Social media can be all-consuming, chewing up a growing proportion of our waking hours. All the more so, it seems, for millions of parents of Chinese schoolchildren, who have signed up for parent-teacher groups supported on WeChat.
Set up to help bridge the gap between school and home, the groups were intended as a force for good. But a recent video of a father screaming in frustration about his child’s jiazhangqun (the name of the groups in Chinese) sparked an outpouring of anger, with parents complaining that the groups take over their lives and leave them feeling like failures.
The 17-second video was posted by a father from eastern Jiangsu province, showing him complaining that his child’s teacher had used the social media group to ask parents to grade their children’s homework. He went on to criticise the culture of flattery in the WeChat circles, saying that he felt obliged to thank the teacher repeatedly. “But what’s your value since I’m the one who teaches my child and grades his homework?” he asked. “If I have so much time to check all the messages on the group all the time, I do not need you anymore.”
There are some 240 million children in Chinese schools and most parents will be a member of at least one parent-teacher WeChat group. One mother of two told the Yangtze Evening News that she is a member of 16 of them, “none of which can be blocked or deleted” without losing touch with her kid’s educators.
She added that the sheer volume of information going through each channel, and the audacity of the instructions that she receives from teachers, have brought her to tears.
Another bemoaned the parental machinations in her child’s school group – as mums and dads seek to gain favour with the teacher – to the intrigues of an imperial palace harem, which have featured in a series of recent TV dramas.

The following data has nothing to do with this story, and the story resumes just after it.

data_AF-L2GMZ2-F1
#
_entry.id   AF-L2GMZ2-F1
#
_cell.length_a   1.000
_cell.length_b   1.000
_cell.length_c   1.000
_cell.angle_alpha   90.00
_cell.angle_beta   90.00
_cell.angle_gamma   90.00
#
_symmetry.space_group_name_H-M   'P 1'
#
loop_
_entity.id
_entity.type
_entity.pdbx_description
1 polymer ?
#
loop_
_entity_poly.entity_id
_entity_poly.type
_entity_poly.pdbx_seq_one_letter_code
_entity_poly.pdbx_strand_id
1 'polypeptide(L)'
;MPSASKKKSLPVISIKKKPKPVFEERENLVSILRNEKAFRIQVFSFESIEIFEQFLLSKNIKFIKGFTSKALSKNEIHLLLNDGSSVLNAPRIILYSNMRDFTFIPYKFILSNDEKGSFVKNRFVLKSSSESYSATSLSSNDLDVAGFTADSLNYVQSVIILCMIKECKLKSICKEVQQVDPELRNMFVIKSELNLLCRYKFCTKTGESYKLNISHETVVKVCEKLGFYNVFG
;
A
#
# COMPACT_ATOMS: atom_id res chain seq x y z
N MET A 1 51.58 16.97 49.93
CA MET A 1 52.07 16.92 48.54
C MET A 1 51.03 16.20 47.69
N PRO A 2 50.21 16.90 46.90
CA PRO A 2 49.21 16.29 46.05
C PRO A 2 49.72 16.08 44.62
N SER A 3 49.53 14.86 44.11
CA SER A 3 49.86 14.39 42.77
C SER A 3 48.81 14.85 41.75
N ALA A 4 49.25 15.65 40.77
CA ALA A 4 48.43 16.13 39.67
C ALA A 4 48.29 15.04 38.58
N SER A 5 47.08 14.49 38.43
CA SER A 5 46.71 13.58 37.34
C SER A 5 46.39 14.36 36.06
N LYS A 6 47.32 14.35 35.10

The video from Jiangsu – which was also aired by a local news channel – was not the first time the groups have caused public consternation. Last September the People’s Daily posted a video of a father breaking down at a school meeting after a teacher scolded him for not replying through the class WeChat. He explained that he worked long hours as well as taking care of his child and that he was unable to reply on every occasion. His outburst went viral, leading the People’s Daily to call for a rethink on homework volumes and the often fraught school-parent relationship.
Yet teachers point out that when they try to reduce the pressure on students by cutting the amounts of homework (see WiC401), some parents complain and ask for additional tasks to be set.
Some teachers have also pushed back against the notion that it is lazy for them to ask parents to check their children’s homework. Rather, they say, the request is meant to encourage parents of younger kids to monitor their progress and make sure their schoolwork is being done.
However, education officials in Liaoning have joined other provinces this month in banning teachers from asking parents to mark their children’s homework in this way. “Grading homework is part of the job requirement for teachers, and they should not be lazy and shirk the responsibility,” a teacher at a school in Hunan agreed in the China Daily.
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